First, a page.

Review: ‘Jamaica’-bound, and with a calypso beat

Shabazz Green and Aneesa Niebauer in New Freedom Theatre's production of 'Jamaica.' (Photo courtesy of ethimofoto.net)

Shabazz Green and Aneesa Niebauer in New Freedom Theatre's production of 'Jamaica.' (Photo courtesy of ethimofoto.net)

The storm that whips up at the end of the first act of “Jamaica,” the musical that opened Thursday night at New Freedom Theatre, is a doozy. It’s concocted by the cast and the nimble four-piece combo that accompanies them, without much help from lighting or sound – a tempest made by people.

As stage-storms go, I’ve never seen anything like it. It’s thrilling. Actors and dancers move like the wind and careen across the stage, mirroring the ferocity of elements that shatters their fictional island off Jamaica.

It’s the highlight of New Freedom Theatre’s energetic if uneven production of “Jamaica,” which opened on Broadway in 1957, with a book by Yip Harburg and Fred Saidy and a score by Harburg and Harold Arlen. Lena Horne made her Broadway debut as Savannah, the young woman desperate to escape the island to the modern comforts of New York City. The cast included Ossie Davis, Ricardo Montalban and the lead dancer, a 26-year-old named Alvin Ailey. It ran two years and had a swollen cast of 45.

You don’t need that many people to bring off this pleasant, light-headed calypso musical and believe me, the 15 cast members on New Freedom’s make for a busy island. Mostly barefoot and dressed in Millie Hiibel’s handsome island clothes, they sing songs about sweet coconuts, the Yankee dollar, Noah and his ark and the atomic age – simple short songs that, a day later, I’m still humming. “Jamaica” is a fun night, easy to take. At times it seems more like a revue of songs than a show.

On this tightly-knit island, a fisherman named Koli (Shabazz Green with a redolent voice) is in love with Savannah (Annesa Neibauer, sweet as a tropical fruit and sometimes on key), but she has eyes for New York. Along comes a New York businessman (Walter DeShields) who’s all big-city bluff and looking to make a killing in pearls caught off the island. He wouldn’t mind catching Savannah, either. Then comes the storm, and Savannah’s little brother is washed away. The businessman is scared to death of the tropic’s vagaries, but not Koli, who runs to the sea in a rescue attempt.

And that’s about the extent of the plot, which is moved along cleverly by the show’s many songs. Or at least I think it is – I had trouble catching the lyrics to many of the songs, for two reasons: they were overwhelmed often by the accompanying orchestra and they were sung with a peanut-butter-thick Caribbean accent. The big thing missing from director/choreographer Rajendra Ramoon Maharaj’s production is a dialect coach. The two leads often speak as if they were in a Jamaican-English-as-a-Second-Language course – ploddingly, as if every syllable is its own word. LaTasha S. Morris, conversely, speaks so quickly (and loudly) that much of the dialogue is lost in her clownish role of the layabout islander with a big heart.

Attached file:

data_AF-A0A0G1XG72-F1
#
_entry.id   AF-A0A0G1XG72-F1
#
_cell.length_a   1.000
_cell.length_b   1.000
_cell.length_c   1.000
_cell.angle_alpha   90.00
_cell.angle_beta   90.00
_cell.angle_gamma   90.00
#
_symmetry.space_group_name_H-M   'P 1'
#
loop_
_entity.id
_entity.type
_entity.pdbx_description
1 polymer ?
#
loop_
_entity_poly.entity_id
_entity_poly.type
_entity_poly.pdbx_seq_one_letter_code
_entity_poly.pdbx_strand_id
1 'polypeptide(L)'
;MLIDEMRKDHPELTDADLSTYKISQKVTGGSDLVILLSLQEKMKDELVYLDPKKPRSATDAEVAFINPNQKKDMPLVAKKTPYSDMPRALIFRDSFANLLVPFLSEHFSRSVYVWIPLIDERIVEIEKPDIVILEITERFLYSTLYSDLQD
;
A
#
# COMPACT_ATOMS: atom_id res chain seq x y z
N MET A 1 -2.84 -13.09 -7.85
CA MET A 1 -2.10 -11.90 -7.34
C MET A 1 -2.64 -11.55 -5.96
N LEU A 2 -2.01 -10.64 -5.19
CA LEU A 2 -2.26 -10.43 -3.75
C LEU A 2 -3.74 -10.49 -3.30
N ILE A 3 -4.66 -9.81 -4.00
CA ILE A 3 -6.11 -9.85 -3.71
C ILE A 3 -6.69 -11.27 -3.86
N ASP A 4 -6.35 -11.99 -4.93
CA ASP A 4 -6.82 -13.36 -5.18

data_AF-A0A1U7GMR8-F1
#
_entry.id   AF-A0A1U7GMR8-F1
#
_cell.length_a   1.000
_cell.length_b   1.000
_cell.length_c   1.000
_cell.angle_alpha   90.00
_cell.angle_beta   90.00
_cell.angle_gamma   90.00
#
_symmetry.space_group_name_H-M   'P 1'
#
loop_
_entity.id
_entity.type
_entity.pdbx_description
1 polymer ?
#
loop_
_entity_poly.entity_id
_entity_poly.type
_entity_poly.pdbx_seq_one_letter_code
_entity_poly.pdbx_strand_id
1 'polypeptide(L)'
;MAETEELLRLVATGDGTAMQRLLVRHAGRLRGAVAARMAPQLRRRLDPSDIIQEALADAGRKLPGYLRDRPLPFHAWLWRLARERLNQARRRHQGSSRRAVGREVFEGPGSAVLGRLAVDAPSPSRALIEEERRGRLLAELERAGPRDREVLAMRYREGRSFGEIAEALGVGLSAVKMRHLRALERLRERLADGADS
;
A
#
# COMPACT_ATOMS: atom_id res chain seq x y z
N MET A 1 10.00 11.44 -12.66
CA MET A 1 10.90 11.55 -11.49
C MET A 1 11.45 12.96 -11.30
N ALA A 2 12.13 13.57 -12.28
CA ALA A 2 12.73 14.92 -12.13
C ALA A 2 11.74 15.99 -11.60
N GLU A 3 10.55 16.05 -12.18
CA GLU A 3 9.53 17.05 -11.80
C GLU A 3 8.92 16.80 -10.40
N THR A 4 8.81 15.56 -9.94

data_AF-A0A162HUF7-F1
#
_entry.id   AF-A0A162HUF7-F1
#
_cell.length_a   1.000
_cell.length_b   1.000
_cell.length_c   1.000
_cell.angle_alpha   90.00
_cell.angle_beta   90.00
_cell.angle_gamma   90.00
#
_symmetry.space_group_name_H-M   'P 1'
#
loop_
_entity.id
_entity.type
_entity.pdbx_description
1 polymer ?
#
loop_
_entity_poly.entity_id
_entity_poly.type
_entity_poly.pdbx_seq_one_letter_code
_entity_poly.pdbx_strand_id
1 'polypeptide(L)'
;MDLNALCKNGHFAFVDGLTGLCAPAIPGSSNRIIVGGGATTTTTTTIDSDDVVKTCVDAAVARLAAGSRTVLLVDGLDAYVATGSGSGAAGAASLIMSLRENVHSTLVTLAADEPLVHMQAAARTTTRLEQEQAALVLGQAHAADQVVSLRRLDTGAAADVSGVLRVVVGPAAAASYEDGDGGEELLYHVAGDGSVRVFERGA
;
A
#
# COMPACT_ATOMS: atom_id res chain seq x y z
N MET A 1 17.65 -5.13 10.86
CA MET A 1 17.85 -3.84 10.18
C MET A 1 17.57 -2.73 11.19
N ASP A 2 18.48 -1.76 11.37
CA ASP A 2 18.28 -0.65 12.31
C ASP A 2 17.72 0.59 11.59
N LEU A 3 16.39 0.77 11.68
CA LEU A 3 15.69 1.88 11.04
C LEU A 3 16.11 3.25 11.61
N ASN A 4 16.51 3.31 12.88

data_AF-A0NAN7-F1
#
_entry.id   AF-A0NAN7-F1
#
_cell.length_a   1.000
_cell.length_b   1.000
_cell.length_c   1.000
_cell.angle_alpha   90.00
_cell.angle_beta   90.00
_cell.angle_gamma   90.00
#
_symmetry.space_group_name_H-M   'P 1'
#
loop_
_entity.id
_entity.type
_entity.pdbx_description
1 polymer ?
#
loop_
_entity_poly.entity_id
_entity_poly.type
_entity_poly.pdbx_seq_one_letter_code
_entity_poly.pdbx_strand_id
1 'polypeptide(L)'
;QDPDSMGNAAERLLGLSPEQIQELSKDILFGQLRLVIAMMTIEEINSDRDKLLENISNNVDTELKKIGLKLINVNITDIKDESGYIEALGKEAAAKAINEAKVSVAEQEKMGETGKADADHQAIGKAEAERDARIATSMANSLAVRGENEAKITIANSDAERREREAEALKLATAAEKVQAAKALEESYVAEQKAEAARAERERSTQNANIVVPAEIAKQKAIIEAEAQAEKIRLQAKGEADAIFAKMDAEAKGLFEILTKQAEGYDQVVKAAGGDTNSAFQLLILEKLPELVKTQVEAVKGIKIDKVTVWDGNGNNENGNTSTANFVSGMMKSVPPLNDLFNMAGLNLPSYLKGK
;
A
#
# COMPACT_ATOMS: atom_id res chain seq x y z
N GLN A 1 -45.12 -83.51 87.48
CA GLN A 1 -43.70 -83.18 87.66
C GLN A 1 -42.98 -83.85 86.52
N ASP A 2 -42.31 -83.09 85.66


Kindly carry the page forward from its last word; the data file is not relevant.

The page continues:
The supporting cast is up to the task: Deborah Billups as a wise grandma (and far too young to be playing one), Reji Woods as an islander who assumes a lot of clout as the show moves on, and a fabulous seventh-grader from The Philadelphia School named Courtney “CJ” Mitchell. He plays Savannah’s brother, and he’s a ball of energy with a fine voice and spot-on moves, and whenever he’s on the stage the show picks up a notch or two.

Not that it’s down there in the deep waters. This production of “Jamaica,” for any of its faults, is notable for its heart, its pleasant ensemble of eight other actors, and its very appearance on the stage. “Jamaica” is not frequently produced. Some of Maharaj’s production may not do it full justice – too many pratfalls and hammy moves also come to mind – but he endowed it with an exciting mix of African and classic stage choreography that the dancers bring off easily, and a feel for isolated island life.

Plus, it’s great to see New Freedom producing again after many years of a spotty schedule. Its training program has never fallen short – young Courtney “CJ” Mitchell is a sure example of that – and its revived determination to produce work is a happy addition to Philadelphia’s theatrical landscape._”Jamaica” runs through June 26 at New Freedom Theatre, 1346 N. Broad Street, at Master Street. 888-802-8998 or www.freedomtheatre.org.

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